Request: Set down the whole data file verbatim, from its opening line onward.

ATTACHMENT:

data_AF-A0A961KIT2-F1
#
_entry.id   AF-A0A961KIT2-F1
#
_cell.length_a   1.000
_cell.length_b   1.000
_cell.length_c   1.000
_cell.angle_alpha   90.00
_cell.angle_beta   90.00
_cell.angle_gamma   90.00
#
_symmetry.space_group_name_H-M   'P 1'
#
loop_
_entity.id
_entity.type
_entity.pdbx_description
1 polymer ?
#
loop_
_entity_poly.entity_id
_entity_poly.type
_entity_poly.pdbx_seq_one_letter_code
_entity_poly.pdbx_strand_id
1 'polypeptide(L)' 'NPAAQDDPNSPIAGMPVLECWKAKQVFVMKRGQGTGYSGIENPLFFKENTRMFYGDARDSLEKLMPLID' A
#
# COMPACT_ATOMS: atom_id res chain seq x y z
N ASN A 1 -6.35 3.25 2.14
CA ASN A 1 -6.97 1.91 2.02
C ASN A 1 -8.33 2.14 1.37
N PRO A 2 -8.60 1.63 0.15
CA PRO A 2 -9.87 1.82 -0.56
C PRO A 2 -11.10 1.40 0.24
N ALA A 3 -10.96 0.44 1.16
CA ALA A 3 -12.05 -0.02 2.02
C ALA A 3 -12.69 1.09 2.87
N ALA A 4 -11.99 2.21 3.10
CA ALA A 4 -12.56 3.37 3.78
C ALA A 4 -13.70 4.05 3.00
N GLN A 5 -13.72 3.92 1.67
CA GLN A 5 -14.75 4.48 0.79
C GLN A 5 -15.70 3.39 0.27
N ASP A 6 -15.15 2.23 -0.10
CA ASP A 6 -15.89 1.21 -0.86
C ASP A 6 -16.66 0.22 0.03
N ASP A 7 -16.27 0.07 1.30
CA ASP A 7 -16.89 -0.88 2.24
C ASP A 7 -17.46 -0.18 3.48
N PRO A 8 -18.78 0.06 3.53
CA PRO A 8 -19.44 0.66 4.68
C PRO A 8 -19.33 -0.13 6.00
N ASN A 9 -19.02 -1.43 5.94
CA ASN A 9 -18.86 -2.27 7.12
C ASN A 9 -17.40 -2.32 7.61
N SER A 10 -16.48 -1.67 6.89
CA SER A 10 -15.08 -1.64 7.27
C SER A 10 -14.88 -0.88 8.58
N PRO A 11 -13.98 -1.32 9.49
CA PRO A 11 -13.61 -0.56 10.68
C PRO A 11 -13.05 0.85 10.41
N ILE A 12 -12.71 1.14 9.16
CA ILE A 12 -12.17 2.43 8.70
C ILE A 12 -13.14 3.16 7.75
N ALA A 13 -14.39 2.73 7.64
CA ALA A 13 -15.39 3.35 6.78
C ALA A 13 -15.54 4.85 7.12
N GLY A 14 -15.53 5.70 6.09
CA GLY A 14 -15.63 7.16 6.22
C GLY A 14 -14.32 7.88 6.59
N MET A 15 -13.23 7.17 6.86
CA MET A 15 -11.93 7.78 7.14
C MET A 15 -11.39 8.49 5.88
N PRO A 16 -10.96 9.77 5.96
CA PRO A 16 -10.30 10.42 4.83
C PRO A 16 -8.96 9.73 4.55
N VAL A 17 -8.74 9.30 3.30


data_AF-A0A961KIT2-F1
#
_entry.id   AF-A0A961KIT2-F1
#
_cell.length_a   1.000
_cell.length_b   1.000
_cell.length_c   1.000
_cell.angle_alpha   90.00
_cell.angle_beta   90.00
_cell.angle_gamma   90.00
#
_symmetry.space_group_name_H-M   'P 1'
#
loop_
_entity.id
_entity.type
_entity.pdbx_description
1 polymer ?
#
loop_
_entity_poly.entity_id
_entity_poly.type
_entity_poly.pdbx_seq_one_letter_code
_entity_poly.pdbx_strand_id
1 'polypeptide(L)' 'NPAAQDDPNSPIAGMPVLECWKAKQVFVMKRGQGTGYSGIENPLFFKENTRMFYGDARDSLEKLMPLID' A
#
# COMPACT_ATOMS: atom_id res chain seq x y z
N ASN A 1 -6.35 3.25 2.14
CA ASN A 1 -6.97 1.91 2.02
C ASN A 1 -8.33 2.14 1.37
N PRO A 2 -8.60 1.63 0.15
CA PRO A 2 -9.87 1.82 -0.56
C PRO A 2 -11.10 1.40 0.24
N ALA A 3 -10.96 0.44 1.16
CA ALA A 3 -12.05 -0.02 2.02
C ALA A 3 -12.69 1.09 2.87
N ALA A 4 -11.99 2.21 3.10
CA ALA A 4 -12.56 3.37 3.78
C ALA A 4 -13.70 4.05 3.00
N GLN A 5 -13.72 3.92 1.67
CA GLN A 5 -14.75 4.48 0.79
C GLN A 5 -15.70 3.39 0.27
N ASP A 6 -15.15 2.23 -0.10
CA ASP A 6 -15.89 1.21 -0.86
C ASP A 6 -16.66 0.22 0.03
N ASP A 7 -16.27 0.07 1.30
CA ASP A 7 -16.89 -0.88 2.24
C ASP A 7 -17.46 -0.18 3.48
N PRO A 8 -18.78 0.06 3.53
CA PRO A 8 -19.44 0.66 4.68
C PRO A 8 -19.33 -0.13 6.00
N ASN A 9 -19.02 -1.43 5.94
CA ASN A 9 -18.86 -2.27 7.12
C ASN A 9 -17.40 -2.32 7.61
N SER A 10 -16.48 -1.67 6.89
CA SER A 10 -15.08 -1.64 7.27
C SER A 10 -14.88 -0.88 8.58
N PRO A 11 -13.98 -1.32 9.49
CA PRO A 11 -13.61 -0.56 10.68
C PRO A 11 -13.05 0.85 10.41
N ILE A 12 -12.71 1.14 9.16
CA ILE A 12 -12.17 2.43 8.70
C ILE A 12 -13.14 3.16 7.75
N ALA A 13 -14.39 2.73 7.64
CA ALA A 13 -15.39 3.35 6.78
C ALA A 13 -15.54 4.85 7.12
N GLY A 14 -15.53 5.70 6.09
CA GLY A 14 -15.63 7.16 6.22
C GLY A 14 -14.32 7.88 6.59
N MET A 15 -13.23 7.17 6.86
CA MET A 15 -11.93 7.78 7.14
C MET A 15 -11.39 8.49 5.88
N PRO A 16 -10.96 9.77 5.96
CA PRO A 16 -10.30 10.42 4.83
C PRO A 16 -8.96 9.73 4.55
N VAL A 17 -8.74 9.30 3.30